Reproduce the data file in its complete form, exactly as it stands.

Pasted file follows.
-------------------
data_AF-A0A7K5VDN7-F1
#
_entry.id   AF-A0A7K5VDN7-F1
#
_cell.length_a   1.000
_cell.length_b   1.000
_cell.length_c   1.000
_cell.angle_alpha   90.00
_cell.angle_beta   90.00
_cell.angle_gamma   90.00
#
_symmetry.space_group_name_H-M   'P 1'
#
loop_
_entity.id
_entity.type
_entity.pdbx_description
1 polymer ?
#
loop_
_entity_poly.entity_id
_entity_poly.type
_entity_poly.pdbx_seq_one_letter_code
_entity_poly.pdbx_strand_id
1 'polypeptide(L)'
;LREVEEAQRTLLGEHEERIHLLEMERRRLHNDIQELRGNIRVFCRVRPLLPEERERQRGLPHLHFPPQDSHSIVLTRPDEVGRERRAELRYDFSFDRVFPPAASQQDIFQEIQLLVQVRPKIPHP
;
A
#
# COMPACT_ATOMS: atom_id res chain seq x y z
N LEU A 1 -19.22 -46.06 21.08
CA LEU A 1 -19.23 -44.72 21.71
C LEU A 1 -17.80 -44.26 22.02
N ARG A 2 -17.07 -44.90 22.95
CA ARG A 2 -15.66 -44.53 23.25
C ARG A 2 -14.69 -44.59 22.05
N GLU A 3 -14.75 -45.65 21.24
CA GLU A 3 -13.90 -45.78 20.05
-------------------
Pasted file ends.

data_AF-A0A7K5VDN7-F1
#
_entry.id   AF-A0A7K5VDN7-F1
#
_cell.length_a   1.000
_cell.length_b   1.000
_cell.length_c   1.000
_cell.angle_alpha   90.00
_cell.angle_beta   90.00
_cell.angle_gamma   90.00
#
_symmetry.space_group_name_H-M   'P 1'
#
loop_
_entity.id
_entity.type
_entity.pdbx_description
1 polymer ?
#
loop_
_entity_poly.entity_id
_entity_poly.type
_entity_poly.pdbx_seq_one_letter_code
_entity_poly.pdbx_strand_id
1 'polypeptide(L)'
;LREVEEAQRTLLGEHEERIHLLEMERRRLHNDIQELRGNIRVFCRVRPLLPEERERQRGLPHLHFPPQDSHSIVLTRPDEVGRERRAELRYDFSFDRVFPPAASQQDIFQEIQLLVQVRPKIPHP
;
A
#
# COMPACT_ATOMS: atom_id res chain seq x y z
N LEU A 1 -19.22 -46.06 21.08
CA LEU A 1 -19.23 -44.72 21.71
C LEU A 1 -17.80 -44.26 22.02
N ARG A 2 -17.07 -44.90 22.95
CA ARG A 2 -15.66 -44.53 23.25
C ARG A 2 -14.69 -44.59 22.05
N GLU A 3 -14.75 -45.65 21.24
CA GLU A 3 -13.90 -45.78 20.05